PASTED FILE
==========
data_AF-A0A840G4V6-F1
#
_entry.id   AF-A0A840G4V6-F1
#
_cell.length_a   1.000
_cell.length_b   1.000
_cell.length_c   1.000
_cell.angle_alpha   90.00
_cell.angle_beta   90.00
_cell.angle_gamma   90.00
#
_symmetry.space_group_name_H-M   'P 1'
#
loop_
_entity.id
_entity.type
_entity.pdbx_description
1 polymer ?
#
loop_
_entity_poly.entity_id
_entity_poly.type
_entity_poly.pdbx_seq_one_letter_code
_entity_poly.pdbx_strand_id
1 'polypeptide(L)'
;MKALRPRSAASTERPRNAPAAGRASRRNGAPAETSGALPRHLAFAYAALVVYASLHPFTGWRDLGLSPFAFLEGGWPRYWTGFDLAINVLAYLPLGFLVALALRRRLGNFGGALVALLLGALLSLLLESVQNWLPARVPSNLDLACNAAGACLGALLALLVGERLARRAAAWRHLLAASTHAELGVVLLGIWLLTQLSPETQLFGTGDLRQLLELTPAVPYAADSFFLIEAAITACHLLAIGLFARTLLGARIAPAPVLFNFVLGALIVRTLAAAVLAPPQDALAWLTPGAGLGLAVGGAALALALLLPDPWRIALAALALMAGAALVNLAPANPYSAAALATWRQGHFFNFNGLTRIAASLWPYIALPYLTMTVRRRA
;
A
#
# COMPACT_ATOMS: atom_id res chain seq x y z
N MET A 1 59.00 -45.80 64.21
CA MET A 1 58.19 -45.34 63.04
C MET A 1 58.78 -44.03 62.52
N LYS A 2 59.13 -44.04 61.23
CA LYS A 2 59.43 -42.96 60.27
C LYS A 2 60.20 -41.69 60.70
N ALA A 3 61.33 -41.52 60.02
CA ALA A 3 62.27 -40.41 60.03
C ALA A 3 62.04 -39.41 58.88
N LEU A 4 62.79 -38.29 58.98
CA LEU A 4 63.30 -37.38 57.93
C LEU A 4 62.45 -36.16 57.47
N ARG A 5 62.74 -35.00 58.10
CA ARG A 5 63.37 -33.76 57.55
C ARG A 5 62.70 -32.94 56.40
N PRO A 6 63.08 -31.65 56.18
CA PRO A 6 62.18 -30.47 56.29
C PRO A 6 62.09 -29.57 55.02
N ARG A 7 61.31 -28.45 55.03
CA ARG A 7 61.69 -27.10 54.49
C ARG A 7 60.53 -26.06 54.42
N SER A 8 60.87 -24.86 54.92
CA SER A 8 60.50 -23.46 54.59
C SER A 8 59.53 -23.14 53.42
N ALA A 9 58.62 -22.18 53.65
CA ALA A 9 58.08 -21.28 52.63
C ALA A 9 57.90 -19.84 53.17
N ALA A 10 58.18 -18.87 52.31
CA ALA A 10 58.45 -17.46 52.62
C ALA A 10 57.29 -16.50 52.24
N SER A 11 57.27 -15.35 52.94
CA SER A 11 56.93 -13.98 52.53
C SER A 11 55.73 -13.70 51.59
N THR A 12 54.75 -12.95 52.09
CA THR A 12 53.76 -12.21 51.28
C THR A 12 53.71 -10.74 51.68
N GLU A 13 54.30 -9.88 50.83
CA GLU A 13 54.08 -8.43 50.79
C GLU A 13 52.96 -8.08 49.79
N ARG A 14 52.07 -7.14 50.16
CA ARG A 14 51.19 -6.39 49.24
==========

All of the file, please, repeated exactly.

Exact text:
data_AF-A0A840G4V6-F1
#
_entry.id   AF-A0A840G4V6-F1
#
_cell.length_a   1.000
_cell.length_b   1.000
_cell.length_c   1.000
_cell.angle_alpha   90.00
_cell.angle_beta   90.00
_cell.angle_gamma   90.00
#
_symmetry.space_group_name_H-M   'P 1'
#
loop_
_entity.id
_entity.type
_entity.pdbx_description
1 polymer ?
#
loop_
_entity_poly.entity_id
_entity_poly.type
_entity_poly.pdbx_seq_one_letter_code
_entity_poly.pdbx_strand_id
1 'polypeptide(L)'
;MKALRPRSAASTERPRNAPAAGRASRRNGAPAETSGALPRHLAFAYAALVVYASLHPFTGWRDLGLSPFAFLEGGWPRYWTGFDLAINVLAYLPLGFLVALALRRRLGNFGGALVALLLGALLSLLLESVQNWLPARVPSNLDLACNAAGACLGALLALLVGERLARRAAAWRHLLAASTHAELGVVLLGIWLLTQLSPETQLFGTGDLRQLLELTPAVPYAADSFFLIEAAITACHLLAIGLFARTLLGARIAPAPVLFNFVLGALIVRTLAAAVLAPPQDALAWLTPGAGLGLAVGGAALALALLLPDPWRIALAALALMAGAALVNLAPANPYSAAALATWRQGHFFNFNGLTRIAASLWPYIALPYLTMTVRRRA
;
A
#
# COMPACT_ATOMS: atom_id res chain seq x y z
N MET A 1 59.00 -45.80 64.21
CA MET A 1 58.19 -45.34 63.04
C MET A 1 58.78 -44.03 62.52
N LYS A 2 59.13 -44.04 61.23
CA LYS A 2 59.43 -42.96 60.27
C LYS A 2 60.20 -41.69 60.70
N ALA A 3 61.33 -41.52 60.02
CA ALA A 3 62.27 -40.41 60.03
C ALA A 3 62.04 -39.41 58.88
N LEU A 4 62.79 -38.29 58.98
CA LEU A 4 63.30 -37.38 57.93
C LEU A 4 62.45 -36.16 57.47
N ARG A 5 62.74 -35.00 58.10
CA ARG A 5 63.37 -33.76 57.55
C ARG A 5 62.70 -32.94 56.40
N PRO A 6 63.08 -31.65 56.18
CA PRO A 6 62.18 -30.47 56.29
C PRO A 6 62.09 -29.57 55.02
N ARG A 7 61.31 -28.45 55.03
CA ARG A 7 61.69 -27.10 54.49
C ARG A 7 60.53 -26.06 54.42
N SER A 8 60.87 -24.86 54.92
CA SER A 8 60.50 -23.46 54.59
C SER A 8 59.53 -23.14 53.42
N ALA A 9 58.62 -22.18 53.65
CA ALA A 9 58.08 -21.28 52.63
C ALA A 9 57.90 -19.84 53.17
N ALA A 10 58.18 -18.87 52.31
CA ALA A 10 58.45 -17.46 52.62
C ALA A 10 57.29 -16.50 52.24
N SER A 11 57.27 -15.35 52.94
CA SER A 11 56.93 -13.98 52.53
C SER A 11 55.73 -13.70 51.59
N THR A 12 54.75 -12.95 52.09
CA THR A 12 53.76 -12.21 51.28
C THR A 12 53.71 -10.74 51.68
N GLU A 13 54.30 -9.88 50.83
CA GLU A 13 54.08 -8.43 50.79
C GLU A 13 52.96 -8.08 49.79
N ARG A 14 52.07 -7.14 50.16
CA ARG A 14 51.19 -6.39 49.24